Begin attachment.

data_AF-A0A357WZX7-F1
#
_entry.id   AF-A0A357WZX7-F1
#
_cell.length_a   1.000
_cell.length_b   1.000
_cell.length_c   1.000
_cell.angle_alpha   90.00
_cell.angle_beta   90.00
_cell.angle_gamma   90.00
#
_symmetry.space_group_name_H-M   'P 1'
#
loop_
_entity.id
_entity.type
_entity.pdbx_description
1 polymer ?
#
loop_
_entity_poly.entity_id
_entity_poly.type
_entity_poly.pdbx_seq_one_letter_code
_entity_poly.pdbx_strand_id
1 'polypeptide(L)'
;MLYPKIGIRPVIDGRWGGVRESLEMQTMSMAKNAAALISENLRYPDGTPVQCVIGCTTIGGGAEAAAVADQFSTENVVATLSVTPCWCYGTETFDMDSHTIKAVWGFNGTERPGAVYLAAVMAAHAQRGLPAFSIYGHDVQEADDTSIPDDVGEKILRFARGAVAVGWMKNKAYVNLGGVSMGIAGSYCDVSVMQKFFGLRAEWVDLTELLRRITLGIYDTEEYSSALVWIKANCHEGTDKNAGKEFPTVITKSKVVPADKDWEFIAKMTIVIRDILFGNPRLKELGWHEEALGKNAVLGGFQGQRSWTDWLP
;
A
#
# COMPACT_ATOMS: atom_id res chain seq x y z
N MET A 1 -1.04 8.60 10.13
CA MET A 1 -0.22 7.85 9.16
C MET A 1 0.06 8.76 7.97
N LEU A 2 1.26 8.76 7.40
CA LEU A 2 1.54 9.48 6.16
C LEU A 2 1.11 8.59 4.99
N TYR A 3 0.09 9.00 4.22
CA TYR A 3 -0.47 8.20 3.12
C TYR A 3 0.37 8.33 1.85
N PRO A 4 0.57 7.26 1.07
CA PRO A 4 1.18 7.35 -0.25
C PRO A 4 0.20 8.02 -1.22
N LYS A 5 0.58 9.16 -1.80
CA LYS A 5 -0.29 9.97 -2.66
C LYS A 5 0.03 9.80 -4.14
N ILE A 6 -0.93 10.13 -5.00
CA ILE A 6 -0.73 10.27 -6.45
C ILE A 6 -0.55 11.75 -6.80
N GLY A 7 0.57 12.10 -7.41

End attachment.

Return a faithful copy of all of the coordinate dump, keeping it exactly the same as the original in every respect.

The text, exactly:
data_AF-A0A357WZX7-F1
#
_entry.id   AF-A0A357WZX7-F1
#
_cell.length_a   1.000
_cell.length_b   1.000
_cell.length_c   1.000
_cell.angle_alpha   90.00
_cell.angle_beta   90.00
_cell.angle_gamma   90.00
#
_symmetry.space_group_name_H-M   'P 1'
#
loop_
_entity.id
_entity.type
_entity.pdbx_description
1 polymer ?
#
loop_
_entity_poly.entity_id
_entity_poly.type
_entity_poly.pdbx_seq_one_letter_code
_entity_poly.pdbx_strand_id
1 'polypeptide(L)'
;MLYPKIGIRPVIDGRWGGVRESLEMQTMSMAKNAAALISENLRYPDGTPVQCVIGCTTIGGGAEAAAVADQFSTENVVATLSVTPCWCYGTETFDMDSHTIKAVWGFNGTERPGAVYLAAVMAAHAQRGLPAFSIYGHDVQEADDTSIPDDVGEKILRFARGAVAVGWMKNKAYVNLGGVSMGIAGSYCDVSVMQKFFGLRAEWVDLTELLRRITLGIYDTEEYSSALVWIKANCHEGTDKNAGKEFPTVITKSKVVPADKDWEFIAKMTIVIRDILFGNPRLKELGWHEEALGKNAVLGGFQGQRSWTDWLP
;
A
#
# COMPACT_ATOMS: atom_id res chain seq x y z
N MET A 1 -1.04 8.60 10.13
CA MET A 1 -0.22 7.85 9.16
C MET A 1 0.06 8.76 7.97
N LEU A 2 1.26 8.76 7.40
CA LEU A 2 1.54 9.48 6.16
C LEU A 2 1.11 8.59 4.99
N TYR A 3 0.09 9.00 4.22
CA TYR A 3 -0.47 8.20 3.12
C TYR A 3 0.37 8.33 1.85
N PRO A 4 0.57 7.26 1.07
CA PRO A 4 1.18 7.35 -0.25
C PRO A 4 0.20 8.02 -1.22
N LYS A 5 0.58 9.16 -1.80
CA LYS A 5 -0.29 9.97 -2.66
C LYS A 5 0.03 9.80 -4.14
N ILE A 6 -0.93 10.13 -5.00
CA ILE A 6 -0.73 10.27 -6.45
C ILE A 6 -0.55 11.75 -6.80
N GLY A 7 0.57 12.10 -7.41